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From Prospect To Pro: Comparing Aaron Murray To Matthew Stafford

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Aaron Murray is a tough quarterback with unmatched arm strength and tremendous vision. Photo by Frederick Breedon/Getty Images.
Aaron Murray is a tough quarterback with unmatched arm strength and tremendous vision. Photo by Frederick Breedon/Getty Images.

The 2014 Draft class promises to be deep when it comes to quarterbacks. There are about 15 QB prospects coming into the NFL who will battle for starting jobs and roster spots next year, with only less than a handful having the real chance to start on opening day. Teddy Bridgewater is the most NFL-ready QB out there and behind him, it's a toss-up.

One gunslinger who has been a consistent starter for four years is Georgia's Aaron Murray. He is a 6-foot-1, 208-pound captain with a rocket for an arm, and he took over under center at Georgia shortly after the departure 2009 No. 1 pick, Matthew Stafford.

In his first three years as a starter, Murray threw 24 TDs, followed by 35 TDs and 36 TDs, and he has 22 touchdowns in 2013 with a few games left in the season. He is 108 yards away from 3,000 yards passing this season -- and it will be the fourth time he's done it at Georgia. There's no question about his arm strength because, like Stafford, Murray can throw the ball across the field as hard as anyone out there. He can throw deep routes with precision, ahead of the defender. Surprisingly, he also has a knack for putting touch on the ball when it needs to be dropped into a small window. His skills as a pure thrower are without question; Stafford is the same type of quarterback.

Murray has been criticized for not being able to win the "big game" in his career at Georgia. Granted, he's kept each game close, and many of the games he's lost have not been on him. Rather, they've been on the defense, most recently a freak play in Auburn. A miracle, if you will. Murray should not be judged on his record against SEC opponents; he should be graded on his ability to throw and his tendency to look downfield and read the routes of several receivers and defenders in each given play.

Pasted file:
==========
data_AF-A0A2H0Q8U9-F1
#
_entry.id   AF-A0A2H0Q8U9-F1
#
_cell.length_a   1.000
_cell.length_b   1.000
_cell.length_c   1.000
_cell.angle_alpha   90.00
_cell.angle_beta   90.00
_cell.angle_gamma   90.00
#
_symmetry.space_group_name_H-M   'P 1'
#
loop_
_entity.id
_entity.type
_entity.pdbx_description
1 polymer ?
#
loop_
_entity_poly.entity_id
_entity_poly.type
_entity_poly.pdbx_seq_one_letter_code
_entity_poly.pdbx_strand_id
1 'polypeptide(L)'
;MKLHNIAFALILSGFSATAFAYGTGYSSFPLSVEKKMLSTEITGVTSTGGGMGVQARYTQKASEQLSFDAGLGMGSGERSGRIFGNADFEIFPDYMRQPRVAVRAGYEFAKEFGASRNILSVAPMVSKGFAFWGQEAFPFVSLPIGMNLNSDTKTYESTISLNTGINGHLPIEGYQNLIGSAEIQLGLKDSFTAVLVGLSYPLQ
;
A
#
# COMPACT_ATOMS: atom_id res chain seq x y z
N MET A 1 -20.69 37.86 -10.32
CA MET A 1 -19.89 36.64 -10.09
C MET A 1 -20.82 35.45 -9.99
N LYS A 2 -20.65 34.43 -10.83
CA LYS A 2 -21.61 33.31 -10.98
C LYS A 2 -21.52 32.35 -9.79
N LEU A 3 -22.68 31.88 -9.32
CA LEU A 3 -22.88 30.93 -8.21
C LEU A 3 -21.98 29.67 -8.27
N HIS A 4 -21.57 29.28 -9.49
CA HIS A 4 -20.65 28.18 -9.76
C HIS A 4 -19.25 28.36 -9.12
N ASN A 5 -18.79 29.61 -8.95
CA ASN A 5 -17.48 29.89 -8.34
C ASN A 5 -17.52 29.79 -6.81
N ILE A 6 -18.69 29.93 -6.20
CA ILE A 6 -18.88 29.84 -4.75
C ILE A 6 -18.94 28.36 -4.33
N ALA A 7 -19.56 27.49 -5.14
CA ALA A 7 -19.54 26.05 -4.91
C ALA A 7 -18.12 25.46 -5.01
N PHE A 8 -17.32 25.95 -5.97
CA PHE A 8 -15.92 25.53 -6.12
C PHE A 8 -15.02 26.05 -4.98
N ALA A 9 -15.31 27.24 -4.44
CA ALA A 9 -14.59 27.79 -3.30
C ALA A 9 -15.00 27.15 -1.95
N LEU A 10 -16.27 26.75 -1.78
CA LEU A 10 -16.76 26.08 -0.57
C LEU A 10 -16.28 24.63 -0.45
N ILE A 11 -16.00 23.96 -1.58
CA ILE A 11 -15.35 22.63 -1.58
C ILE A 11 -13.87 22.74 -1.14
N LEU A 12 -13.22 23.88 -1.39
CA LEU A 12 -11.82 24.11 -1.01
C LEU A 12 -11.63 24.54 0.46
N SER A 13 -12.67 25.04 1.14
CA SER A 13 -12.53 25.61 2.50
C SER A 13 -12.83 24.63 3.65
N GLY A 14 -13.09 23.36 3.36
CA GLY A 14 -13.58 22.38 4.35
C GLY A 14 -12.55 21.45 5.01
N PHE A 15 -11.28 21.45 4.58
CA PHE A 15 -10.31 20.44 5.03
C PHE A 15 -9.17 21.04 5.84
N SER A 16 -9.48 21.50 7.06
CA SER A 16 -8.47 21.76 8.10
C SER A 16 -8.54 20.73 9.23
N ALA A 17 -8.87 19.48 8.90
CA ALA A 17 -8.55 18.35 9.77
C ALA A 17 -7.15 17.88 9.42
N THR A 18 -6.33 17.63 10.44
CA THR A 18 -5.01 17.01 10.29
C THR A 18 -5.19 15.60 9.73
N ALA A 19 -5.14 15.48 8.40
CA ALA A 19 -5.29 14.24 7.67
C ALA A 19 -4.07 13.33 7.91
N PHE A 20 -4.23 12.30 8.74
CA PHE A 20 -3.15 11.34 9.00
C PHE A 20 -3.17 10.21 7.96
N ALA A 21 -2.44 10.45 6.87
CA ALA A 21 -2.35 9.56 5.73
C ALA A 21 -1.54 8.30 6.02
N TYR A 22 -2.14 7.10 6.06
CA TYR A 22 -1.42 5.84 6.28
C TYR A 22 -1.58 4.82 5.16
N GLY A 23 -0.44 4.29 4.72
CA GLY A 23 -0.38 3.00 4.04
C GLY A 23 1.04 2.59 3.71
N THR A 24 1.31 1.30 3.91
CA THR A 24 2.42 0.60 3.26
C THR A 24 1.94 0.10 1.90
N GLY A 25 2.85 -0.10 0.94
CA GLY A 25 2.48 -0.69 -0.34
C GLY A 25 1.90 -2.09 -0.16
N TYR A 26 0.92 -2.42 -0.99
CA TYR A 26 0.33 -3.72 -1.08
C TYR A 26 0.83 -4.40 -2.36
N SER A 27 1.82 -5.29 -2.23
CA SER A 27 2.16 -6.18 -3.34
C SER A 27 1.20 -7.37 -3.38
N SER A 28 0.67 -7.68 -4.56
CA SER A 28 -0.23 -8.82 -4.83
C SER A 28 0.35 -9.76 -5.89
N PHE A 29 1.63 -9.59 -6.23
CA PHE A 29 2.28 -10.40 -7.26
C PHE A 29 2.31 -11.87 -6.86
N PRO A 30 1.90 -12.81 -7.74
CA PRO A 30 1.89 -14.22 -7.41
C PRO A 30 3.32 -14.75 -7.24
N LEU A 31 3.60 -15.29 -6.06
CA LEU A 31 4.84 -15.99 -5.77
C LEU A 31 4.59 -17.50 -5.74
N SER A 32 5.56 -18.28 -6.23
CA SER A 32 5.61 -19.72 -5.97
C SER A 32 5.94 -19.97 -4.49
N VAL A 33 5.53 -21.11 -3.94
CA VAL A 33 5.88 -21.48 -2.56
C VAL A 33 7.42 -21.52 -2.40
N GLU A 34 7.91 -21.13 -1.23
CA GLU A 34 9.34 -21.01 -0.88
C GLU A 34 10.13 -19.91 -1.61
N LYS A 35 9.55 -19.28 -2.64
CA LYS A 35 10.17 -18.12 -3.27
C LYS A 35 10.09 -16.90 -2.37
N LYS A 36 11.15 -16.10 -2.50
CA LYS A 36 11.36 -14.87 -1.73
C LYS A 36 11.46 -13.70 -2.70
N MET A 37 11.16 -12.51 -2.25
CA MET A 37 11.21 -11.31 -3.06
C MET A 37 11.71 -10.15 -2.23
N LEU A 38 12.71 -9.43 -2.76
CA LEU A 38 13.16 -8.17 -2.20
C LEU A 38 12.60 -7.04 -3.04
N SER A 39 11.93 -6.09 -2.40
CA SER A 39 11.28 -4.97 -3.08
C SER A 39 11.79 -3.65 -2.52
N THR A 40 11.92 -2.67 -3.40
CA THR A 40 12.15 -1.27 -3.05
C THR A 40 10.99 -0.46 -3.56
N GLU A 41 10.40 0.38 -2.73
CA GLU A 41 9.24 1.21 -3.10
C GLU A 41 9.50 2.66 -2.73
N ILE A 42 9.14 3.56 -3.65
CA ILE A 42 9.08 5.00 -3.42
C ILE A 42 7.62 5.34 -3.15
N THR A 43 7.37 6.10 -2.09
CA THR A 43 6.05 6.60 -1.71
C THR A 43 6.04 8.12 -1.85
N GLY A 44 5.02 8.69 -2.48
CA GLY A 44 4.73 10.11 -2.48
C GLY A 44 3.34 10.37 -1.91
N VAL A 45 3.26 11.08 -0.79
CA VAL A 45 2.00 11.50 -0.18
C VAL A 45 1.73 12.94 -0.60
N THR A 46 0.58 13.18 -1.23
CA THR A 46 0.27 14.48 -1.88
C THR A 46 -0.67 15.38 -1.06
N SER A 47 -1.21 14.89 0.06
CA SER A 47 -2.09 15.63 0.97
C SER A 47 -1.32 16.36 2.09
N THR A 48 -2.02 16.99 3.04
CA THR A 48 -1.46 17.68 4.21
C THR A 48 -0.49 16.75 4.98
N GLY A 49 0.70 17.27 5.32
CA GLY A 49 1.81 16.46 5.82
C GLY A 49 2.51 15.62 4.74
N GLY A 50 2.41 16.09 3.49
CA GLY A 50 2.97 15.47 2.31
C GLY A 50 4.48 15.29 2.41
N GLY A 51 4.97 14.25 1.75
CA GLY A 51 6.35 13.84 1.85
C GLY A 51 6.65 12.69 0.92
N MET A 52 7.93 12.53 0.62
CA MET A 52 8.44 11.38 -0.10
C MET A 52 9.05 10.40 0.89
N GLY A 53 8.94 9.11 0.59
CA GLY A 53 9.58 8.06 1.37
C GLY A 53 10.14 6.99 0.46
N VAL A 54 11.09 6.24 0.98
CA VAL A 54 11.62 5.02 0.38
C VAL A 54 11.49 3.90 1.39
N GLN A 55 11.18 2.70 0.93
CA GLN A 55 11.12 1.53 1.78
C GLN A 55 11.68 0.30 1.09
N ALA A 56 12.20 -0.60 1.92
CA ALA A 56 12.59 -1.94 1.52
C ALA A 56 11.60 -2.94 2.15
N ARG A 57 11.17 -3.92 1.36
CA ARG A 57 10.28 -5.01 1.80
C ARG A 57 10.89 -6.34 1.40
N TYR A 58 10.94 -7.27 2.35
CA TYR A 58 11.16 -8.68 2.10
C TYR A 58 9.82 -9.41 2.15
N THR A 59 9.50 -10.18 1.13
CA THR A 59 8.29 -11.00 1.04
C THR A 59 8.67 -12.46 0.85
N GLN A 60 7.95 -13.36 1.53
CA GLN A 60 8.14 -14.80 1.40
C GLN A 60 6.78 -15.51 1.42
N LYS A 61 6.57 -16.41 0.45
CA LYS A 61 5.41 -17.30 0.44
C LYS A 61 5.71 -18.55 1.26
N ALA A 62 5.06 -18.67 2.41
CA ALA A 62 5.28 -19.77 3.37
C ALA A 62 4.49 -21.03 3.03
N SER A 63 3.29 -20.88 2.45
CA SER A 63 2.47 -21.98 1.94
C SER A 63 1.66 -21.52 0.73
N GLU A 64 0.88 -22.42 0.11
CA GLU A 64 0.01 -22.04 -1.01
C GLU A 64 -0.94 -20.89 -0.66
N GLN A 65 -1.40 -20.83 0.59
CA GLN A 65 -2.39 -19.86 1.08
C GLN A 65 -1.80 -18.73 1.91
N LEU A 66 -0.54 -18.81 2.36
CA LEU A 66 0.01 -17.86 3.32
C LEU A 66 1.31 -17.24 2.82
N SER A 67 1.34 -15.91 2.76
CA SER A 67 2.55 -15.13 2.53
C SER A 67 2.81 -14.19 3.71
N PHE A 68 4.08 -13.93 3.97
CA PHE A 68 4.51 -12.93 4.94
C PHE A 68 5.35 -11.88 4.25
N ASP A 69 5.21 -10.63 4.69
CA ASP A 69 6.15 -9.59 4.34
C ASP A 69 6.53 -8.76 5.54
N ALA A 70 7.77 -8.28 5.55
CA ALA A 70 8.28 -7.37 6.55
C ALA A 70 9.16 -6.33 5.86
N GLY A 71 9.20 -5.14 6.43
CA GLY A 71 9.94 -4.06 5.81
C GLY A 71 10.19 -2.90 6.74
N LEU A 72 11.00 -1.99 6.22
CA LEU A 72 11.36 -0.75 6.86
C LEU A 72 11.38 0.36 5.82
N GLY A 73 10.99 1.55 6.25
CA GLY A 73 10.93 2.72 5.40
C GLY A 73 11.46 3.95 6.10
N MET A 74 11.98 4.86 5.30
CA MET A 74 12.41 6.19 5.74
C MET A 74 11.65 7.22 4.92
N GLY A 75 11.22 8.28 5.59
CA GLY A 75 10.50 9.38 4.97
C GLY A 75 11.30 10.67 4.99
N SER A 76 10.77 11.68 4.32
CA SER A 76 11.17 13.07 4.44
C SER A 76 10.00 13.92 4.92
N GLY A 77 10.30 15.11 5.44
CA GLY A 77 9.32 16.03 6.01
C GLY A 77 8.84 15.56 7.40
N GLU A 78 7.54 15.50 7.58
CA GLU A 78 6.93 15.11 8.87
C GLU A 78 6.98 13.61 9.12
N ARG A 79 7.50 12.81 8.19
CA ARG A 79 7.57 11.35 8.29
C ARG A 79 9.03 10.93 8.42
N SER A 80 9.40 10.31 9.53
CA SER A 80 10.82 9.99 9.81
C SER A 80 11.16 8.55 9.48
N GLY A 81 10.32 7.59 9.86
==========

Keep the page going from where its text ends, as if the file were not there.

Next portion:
Like Stafford, he's been given excellent weapons on offense. Still, both Murray and Stafford are able to go to their 2nd, 3rd, and 4th options in the blink of an eye without hesitation. They are quick, efficient decision-makers.

Murray and Stafford played in the same system at Georgia. It is a pro-style offense with several options on each passing play, a system which Stafford has excelled in with the Detroit Lions. In less than five NFL seasons, Stafford has thrown for more than 15,000 yards and recently became the Lions' franchise leader, passing Bobby Layne's record. The offense is built on a strong-armed quarterback with the ability to make a smart decision while watching several receivers at once and also knowing where the defenders are at all times. In Georgia and at the NFL level, Stafford has made his share of mistakes; he's also tasted the end zone more than he's starved for it.

Aaron Murray and Matthew Stafford both have arms that can throw darts at will and most importantly, they both know how to throw the football. At 6-3, Stafford has good size for a quarterback but he constantly changes the arm angles on his throws to avoid a big defensive line. Murray is a couple inches shorter than Stafford but he does the same exact thing. Murray is excellent at sliding along the pocket and finding the best place to release his throw, always aware of the windows he needs to fit the ball into.

With a deep QB class, Murray is easily lost in the mix. But his tremendous arm stength, good decision-making and ability to throw in tight windows between the long arms of defensive linemen can't be ignored. I suspect he will drop to the later rounds, but don't be surprised if a 5th-round pick like Aaron Murray has a big career in the NFL, like the one Matthew Stafford is in the middle of. A team like Houston or Cleveland could end up with Murray in hopes of finding their franchise QB; and if they build a team around him, he has the chance to be great.